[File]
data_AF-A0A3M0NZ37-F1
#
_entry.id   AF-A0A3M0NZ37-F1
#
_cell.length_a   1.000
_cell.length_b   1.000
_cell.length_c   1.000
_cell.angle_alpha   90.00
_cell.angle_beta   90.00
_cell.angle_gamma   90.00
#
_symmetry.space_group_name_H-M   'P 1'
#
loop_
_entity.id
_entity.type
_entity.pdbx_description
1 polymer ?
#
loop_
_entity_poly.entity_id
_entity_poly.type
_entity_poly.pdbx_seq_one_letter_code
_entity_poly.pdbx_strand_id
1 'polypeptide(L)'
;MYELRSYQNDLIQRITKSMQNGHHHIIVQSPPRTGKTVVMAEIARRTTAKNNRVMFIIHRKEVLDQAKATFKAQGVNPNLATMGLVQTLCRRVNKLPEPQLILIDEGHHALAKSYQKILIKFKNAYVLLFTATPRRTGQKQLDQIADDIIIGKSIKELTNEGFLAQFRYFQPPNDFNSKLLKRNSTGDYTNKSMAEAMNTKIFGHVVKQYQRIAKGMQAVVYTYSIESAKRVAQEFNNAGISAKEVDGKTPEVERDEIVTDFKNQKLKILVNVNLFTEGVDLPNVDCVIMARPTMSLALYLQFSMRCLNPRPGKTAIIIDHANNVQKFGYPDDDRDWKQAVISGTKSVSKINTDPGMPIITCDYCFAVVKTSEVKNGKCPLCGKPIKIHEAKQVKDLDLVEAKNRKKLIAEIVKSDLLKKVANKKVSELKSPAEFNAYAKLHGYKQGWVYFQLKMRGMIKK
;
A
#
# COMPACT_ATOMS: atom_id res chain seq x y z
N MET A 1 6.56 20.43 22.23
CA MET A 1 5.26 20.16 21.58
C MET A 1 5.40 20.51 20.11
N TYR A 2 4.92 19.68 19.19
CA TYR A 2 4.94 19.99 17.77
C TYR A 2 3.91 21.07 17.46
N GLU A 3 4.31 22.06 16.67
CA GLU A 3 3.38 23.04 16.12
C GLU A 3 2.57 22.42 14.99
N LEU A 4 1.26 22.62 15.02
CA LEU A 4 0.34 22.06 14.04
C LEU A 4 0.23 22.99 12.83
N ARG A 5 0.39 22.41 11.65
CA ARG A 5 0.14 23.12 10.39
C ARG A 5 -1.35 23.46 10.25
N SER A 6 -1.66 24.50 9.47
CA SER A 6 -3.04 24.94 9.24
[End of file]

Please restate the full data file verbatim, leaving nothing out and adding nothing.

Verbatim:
data_AF-A0A3M0NZ37-F1
#
_entry.id   AF-A0A3M0NZ37-F1
#
_cell.length_a   1.000
_cell.length_b   1.000
_cell.length_c   1.000
_cell.angle_alpha   90.00
_cell.angle_beta   90.00
_cell.angle_gamma   90.00
#
_symmetry.space_group_name_H-M   'P 1'
#
loop_
_entity.id
_entity.type
_entity.pdbx_description
1 polymer ?
#
loop_
_entity_poly.entity_id
_entity_poly.type
_entity_poly.pdbx_seq_one_letter_code
_entity_poly.pdbx_strand_id
1 'polypeptide(L)'
;MYELRSYQNDLIQRITKSMQNGHHHIIVQSPPRTGKTVVMAEIARRTTAKNNRVMFIIHRKEVLDQAKATFKAQGVNPNLATMGLVQTLCRRVNKLPEPQLILIDEGHHALAKSYQKILIKFKNAYVLLFTATPRRTGQKQLDQIADDIIIGKSIKELTNEGFLAQFRYFQPPNDFNSKLLKRNSTGDYTNKSMAEAMNTKIFGHVVKQYQRIAKGMQAVVYTYSIESAKRVAQEFNNAGISAKEVDGKTPEVERDEIVTDFKNQKLKILVNVNLFTEGVDLPNVDCVIMARPTMSLALYLQFSMRCLNPRPGKTAIIIDHANNVQKFGYPDDDRDWKQAVISGTKSVSKINTDPGMPIITCDYCFAVVKTSEVKNGKCPLCGKPIKIHEAKQVKDLDLVEAKNRKKLIAEIVKSDLLKKVANKKVSELKSPAEFNAYAKLHGYKQGWVYFQLKMRGMIKK
;
A
#
# COMPACT_ATOMS: atom_id res chain seq x y z
N MET A 1 6.56 20.43 22.23
CA MET A 1 5.26 20.16 21.58
C MET A 1 5.40 20.51 20.11
N TYR A 2 4.92 19.68 19.19
CA TYR A 2 4.94 19.99 17.77
C TYR A 2 3.91 21.07 17.46
N GLU A 3 4.31 22.06 16.67
CA GLU A 3 3.38 23.04 16.12
C GLU A 3 2.57 22.42 14.99
N LEU A 4 1.26 22.62 15.02
CA LEU A 4 0.34 22.06 14.04
C LEU A 4 0.23 22.99 12.83
N ARG A 5 0.39 22.41 11.65
CA ARG A 5 0.14 23.12 10.39
C ARG A 5 -1.35 23.46 10.25
N SER A 6 -1.66 24.50 9.47
CA SER A 6 -3.04 24.94 9.24